Consistency and regular practice worked. Daphne goes out twice a day for walks, and so we practiced twice a day. Results happened quite quickly, although if I wasn’t consistent, we would be back to driving around again for a few days.

One problem was when Daphne was in the car when I drove my husband to his appointments. We were invariably running late and so sometimes I had to choose between getting him to his appointment on time, and taking the time to make sure Daphne didn’t bark.


Today, we typically drive up in silence, although just occasionally, the excitement gets too much, and Daphne starts barking. I don’t say a word, just turn the car around and drive away. Instantly, Daphne will give a little half whine and then keep silent, as if she knows she has caused this delay.


Most importantly, this method has not involved any yelling, making a noise or spraying her with water, or any other aversive method. Just patience and consistency and a little time.



A Cowichan Canine instructor’s take


Lisbeth Plant, Cowichan Canine’s Behaviour Consultant, leads a Barking and Jumping Up class in which you can learn to manage various types of barking – including demand barking, attention-seeking barking, and barking when the doorbell rings. 

‘It’s important to understand why your dog is barking. Dogs bark as communication. They do not bark “to be a nuisance,” or to be “stubborn” or to be “dominant.” In this class you will learn to understand why your barks and develop the skills and knowledge to redirect your dog towards more desirable behaviours. Dogs can also bark in fear – which can look like aggression – when meeting other dogs or people, and if that’s the case, then you really need to see a professional, such as a behaviour consultant, to work on solving the problem.’

 - by Anonymous Student


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What Clients Are Saying:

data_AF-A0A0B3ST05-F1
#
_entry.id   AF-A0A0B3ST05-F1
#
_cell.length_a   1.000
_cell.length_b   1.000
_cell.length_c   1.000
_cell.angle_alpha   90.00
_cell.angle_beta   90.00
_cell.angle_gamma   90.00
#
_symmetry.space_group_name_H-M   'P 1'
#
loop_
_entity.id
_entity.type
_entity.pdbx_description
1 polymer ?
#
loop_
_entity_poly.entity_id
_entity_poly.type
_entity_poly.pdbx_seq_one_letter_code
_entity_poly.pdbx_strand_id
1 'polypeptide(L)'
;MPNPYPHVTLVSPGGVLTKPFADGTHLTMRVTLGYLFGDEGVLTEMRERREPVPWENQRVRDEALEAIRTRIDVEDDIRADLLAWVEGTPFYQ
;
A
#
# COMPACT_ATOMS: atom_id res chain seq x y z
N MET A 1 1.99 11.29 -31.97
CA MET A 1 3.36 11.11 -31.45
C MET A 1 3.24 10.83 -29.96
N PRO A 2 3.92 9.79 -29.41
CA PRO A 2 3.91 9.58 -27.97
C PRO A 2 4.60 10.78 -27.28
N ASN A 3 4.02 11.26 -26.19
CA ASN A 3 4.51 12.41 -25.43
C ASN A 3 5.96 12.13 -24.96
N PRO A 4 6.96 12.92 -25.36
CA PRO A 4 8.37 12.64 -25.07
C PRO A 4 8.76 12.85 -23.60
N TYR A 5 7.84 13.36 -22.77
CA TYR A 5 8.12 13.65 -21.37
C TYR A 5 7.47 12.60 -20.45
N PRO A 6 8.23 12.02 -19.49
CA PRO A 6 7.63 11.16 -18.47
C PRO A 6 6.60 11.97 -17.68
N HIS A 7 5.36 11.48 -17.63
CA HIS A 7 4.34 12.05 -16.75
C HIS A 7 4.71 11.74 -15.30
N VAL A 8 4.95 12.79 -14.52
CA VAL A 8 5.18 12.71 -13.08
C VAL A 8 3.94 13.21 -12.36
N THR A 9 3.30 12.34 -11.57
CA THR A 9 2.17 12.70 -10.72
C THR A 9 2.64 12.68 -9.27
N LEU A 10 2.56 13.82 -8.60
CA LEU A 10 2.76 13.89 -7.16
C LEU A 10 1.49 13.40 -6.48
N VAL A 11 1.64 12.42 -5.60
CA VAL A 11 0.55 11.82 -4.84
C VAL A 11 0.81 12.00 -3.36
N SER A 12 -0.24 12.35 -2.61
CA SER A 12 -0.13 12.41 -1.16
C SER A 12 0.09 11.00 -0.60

Amazing is the only way we can describe the transformation with our very reactive dog. Levi, our 5 year old Duck Toller, had taken the Foundations training and walked nicely on a leash. However he started to react to bikes and it got worse as time went by. When he saw a bike go by our happy-go-lucky dog turned into a monster. He would bark, lunge, and do the famous 'duck toller scream'. He was totally uncontrollable. We were very much afraid that if he ever got off leash he would attack the cyclist. It was very stressfull for both us and Levi. We decided to ask Lisbeth for help. With a few private lessons and practice Levi is a changed dog. The other day a cyclist came up behind us and rode within two feet of Levi and he only turned his head to look for a treat. Amazing! We can't thank you enough Lisbeth and Levi thanks you too.

Jan and Sig
Duncan, BC

I enjoyed working with Bev and Laurie. The small classes and individual attention really make a big difference. There were a couple of moments in Foundations when you said "Click!" (and I did - yeah me...) at precisely the right moment for me to 'get it'. As a result, we went from Vita pulling like a fiend to polite walking in literally 2 classes. And getting the mechanics of Leave It/Take It down on my part (thank you again), helped me sort that one out in 3 or 4 sessions at home. We have, as you know, moved on to agility; Vita is having fun and is getting more confident and spirited with each class.

Colleen Hawkey